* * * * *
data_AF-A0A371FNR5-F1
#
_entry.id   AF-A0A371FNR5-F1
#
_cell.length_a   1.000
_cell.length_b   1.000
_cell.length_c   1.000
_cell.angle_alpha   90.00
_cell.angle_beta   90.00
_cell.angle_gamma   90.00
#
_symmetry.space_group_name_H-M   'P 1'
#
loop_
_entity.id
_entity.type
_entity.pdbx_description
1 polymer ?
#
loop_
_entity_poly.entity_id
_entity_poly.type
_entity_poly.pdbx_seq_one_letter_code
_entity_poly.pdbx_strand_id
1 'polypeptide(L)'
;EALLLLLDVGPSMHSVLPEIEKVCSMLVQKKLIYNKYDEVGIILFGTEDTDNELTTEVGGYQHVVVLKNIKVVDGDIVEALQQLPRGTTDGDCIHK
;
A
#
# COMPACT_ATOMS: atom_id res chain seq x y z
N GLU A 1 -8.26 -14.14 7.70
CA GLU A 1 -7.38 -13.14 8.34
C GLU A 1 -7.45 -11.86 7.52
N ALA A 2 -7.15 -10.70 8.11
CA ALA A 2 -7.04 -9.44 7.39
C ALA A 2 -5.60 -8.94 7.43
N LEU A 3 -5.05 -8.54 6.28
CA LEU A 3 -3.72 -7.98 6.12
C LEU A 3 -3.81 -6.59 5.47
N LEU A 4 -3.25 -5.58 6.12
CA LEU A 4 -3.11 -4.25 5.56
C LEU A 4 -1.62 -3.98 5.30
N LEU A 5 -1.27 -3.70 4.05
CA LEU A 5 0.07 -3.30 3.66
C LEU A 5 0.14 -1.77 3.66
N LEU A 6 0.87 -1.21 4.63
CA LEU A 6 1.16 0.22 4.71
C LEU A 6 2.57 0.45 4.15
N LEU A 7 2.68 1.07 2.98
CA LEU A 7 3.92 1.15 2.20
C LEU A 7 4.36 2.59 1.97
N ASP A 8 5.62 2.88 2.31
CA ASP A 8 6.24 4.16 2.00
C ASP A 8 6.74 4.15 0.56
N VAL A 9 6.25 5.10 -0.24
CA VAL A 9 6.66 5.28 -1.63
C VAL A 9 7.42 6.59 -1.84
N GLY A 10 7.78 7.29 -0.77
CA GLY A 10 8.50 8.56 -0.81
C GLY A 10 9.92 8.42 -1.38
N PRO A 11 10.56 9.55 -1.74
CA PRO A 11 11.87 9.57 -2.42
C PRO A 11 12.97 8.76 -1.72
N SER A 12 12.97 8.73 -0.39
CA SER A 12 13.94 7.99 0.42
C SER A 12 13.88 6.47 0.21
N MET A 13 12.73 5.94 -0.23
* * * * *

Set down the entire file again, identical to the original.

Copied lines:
data_AF-A0A371FNR5-F1
#
_entry.id   AF-A0A371FNR5-F1
#
_cell.length_a   1.000
_cell.length_b   1.000
_cell.length_c   1.000
_cell.angle_alpha   90.00
_cell.angle_beta   90.00
_cell.angle_gamma   90.00
#
_symmetry.space_group_name_H-M   'P 1'
#
loop_
_entity.id
_entity.type
_entity.pdbx_description
1 polymer ?
#
loop_
_entity_poly.entity_id
_entity_poly.type
_entity_poly.pdbx_seq_one_letter_code
_entity_poly.pdbx_strand_id
1 'polypeptide(L)'
;EALLLLLDVGPSMHSVLPEIEKVCSMLVQKKLIYNKYDEVGIILFGTEDTDNELTTEVGGYQHVVVLKNIKVVDGDIVEALQQLPRGTTDGDCIHK
;
A
#
# COMPACT_ATOMS: atom_id res chain seq x y z
N GLU A 1 -8.26 -14.14 7.70
CA GLU A 1 -7.38 -13.14 8.34
C GLU A 1 -7.45 -11.86 7.52
N ALA A 2 -7.15 -10.70 8.11
CA ALA A 2 -7.04 -9.44 7.39
C ALA A 2 -5.60 -8.94 7.43
N LEU A 3 -5.05 -8.54 6.28
CA LEU A 3 -3.72 -7.98 6.12
C LEU A 3 -3.81 -6.59 5.47
N LEU A 4 -3.25 -5.58 6.12
CA LEU A 4 -3.11 -4.25 5.56
C LEU A 4 -1.62 -3.98 5.30
N LEU A 5 -1.27 -3.70 4.05
CA LEU A 5 0.07 -3.30 3.66
C LEU A 5 0.14 -1.77 3.66
N LEU A 6 0.87 -1.21 4.63
CA LEU A 6 1.16 0.22 4.71
C LEU A 6 2.57 0.45 4.15
N LEU A 7 2.68 1.07 2.98
CA LEU A 7 3.92 1.15 2.20
C LEU A 7 4.36 2.59 1.97
N ASP A 8 5.62 2.88 2.31
CA ASP A 8 6.24 4.16 2.00
C ASP A 8 6.74 4.15 0.56
N VAL A 9 6.25 5.10 -0.24
CA VAL A 9 6.66 5.28 -1.63
C VAL A 9 7.42 6.59 -1.84
N GLY A 10 7.78 7.29 -0.77
CA GLY A 10 8.50 8.56 -0.81
C GLY A 10 9.92 8.42 -1.38
N PRO A 11 10.56 9.55 -1.74
CA PRO A 11 11.87 9.57 -2.42
C PRO A 11 12.97 8.76 -1.72
N SER A 12 12.97 8.73 -0.39
CA SER A 12 13.94 7.99 0.42
C SER A 12 13.88 6.47 0.21
N MET A 13 12.73 5.94 -0.23